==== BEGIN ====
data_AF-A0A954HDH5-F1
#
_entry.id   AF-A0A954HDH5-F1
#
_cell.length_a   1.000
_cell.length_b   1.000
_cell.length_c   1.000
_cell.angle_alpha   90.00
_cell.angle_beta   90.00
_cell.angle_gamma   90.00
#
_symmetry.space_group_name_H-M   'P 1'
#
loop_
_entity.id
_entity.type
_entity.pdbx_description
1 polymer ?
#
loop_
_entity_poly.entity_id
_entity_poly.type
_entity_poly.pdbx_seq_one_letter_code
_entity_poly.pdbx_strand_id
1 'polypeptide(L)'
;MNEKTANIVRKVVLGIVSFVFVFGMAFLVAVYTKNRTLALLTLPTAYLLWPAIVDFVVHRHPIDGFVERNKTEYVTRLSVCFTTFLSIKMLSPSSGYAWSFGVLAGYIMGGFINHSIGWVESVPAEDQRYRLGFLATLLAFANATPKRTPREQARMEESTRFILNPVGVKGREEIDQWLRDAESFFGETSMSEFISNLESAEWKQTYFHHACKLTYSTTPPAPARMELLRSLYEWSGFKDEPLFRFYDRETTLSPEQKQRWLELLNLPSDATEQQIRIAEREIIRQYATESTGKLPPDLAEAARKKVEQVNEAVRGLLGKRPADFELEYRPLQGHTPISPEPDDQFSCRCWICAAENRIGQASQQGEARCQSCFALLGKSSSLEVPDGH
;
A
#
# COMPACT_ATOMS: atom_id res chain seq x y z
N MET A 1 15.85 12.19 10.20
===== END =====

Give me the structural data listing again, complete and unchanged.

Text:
data_AF-A0A954HDH5-F1
#
_entry.id   AF-A0A954HDH5-F1
#
_cell.length_a   1.000
_cell.length_b   1.000
_cell.length_c   1.000
_cell.angle_alpha   90.00
_cell.angle_beta   90.00
_cell.angle_gamma   90.00
#
_symmetry.space_group_name_H-M   'P 1'
#
loop_
_entity.id
_entity.type
_entity.pdbx_description
1 polymer ?
#
loop_
_entity_poly.entity_id
_entity_poly.type
_entity_poly.pdbx_seq_one_letter_code
_entity_poly.pdbx_strand_id
1 'polypeptide(L)'
;MNEKTANIVRKVVLGIVSFVFVFGMAFLVAVYTKNRTLALLTLPTAYLLWPAIVDFVVHRHPIDGFVERNKTEYVTRLSVCFTTFLSIKMLSPSSGYAWSFGVLAGYIMGGFINHSIGWVESVPAEDQRYRLGFLATLLAFANATPKRTPREQARMEESTRFILNPVGVKGREEIDQWLRDAESFFGETSMSEFISNLESAEWKQTYFHHACKLTYSTTPPAPARMELLRSLYEWSGFKDEPLFRFYDRETTLSPEQKQRWLELLNLPSDATEQQIRIAEREIIRQYATESTGKLPPDLAEAARKKVEQVNEAVRGLLGKRPADFELEYRPLQGHTPISPEPDDQFSCRCWICAAENRIGQASQQGEARCQSCFALLGKSSSLEVPDGH
;
A
#
# COMPACT_ATOMS: atom_id res chain seq x y z
N MET A 1 15.85 12.19 10.20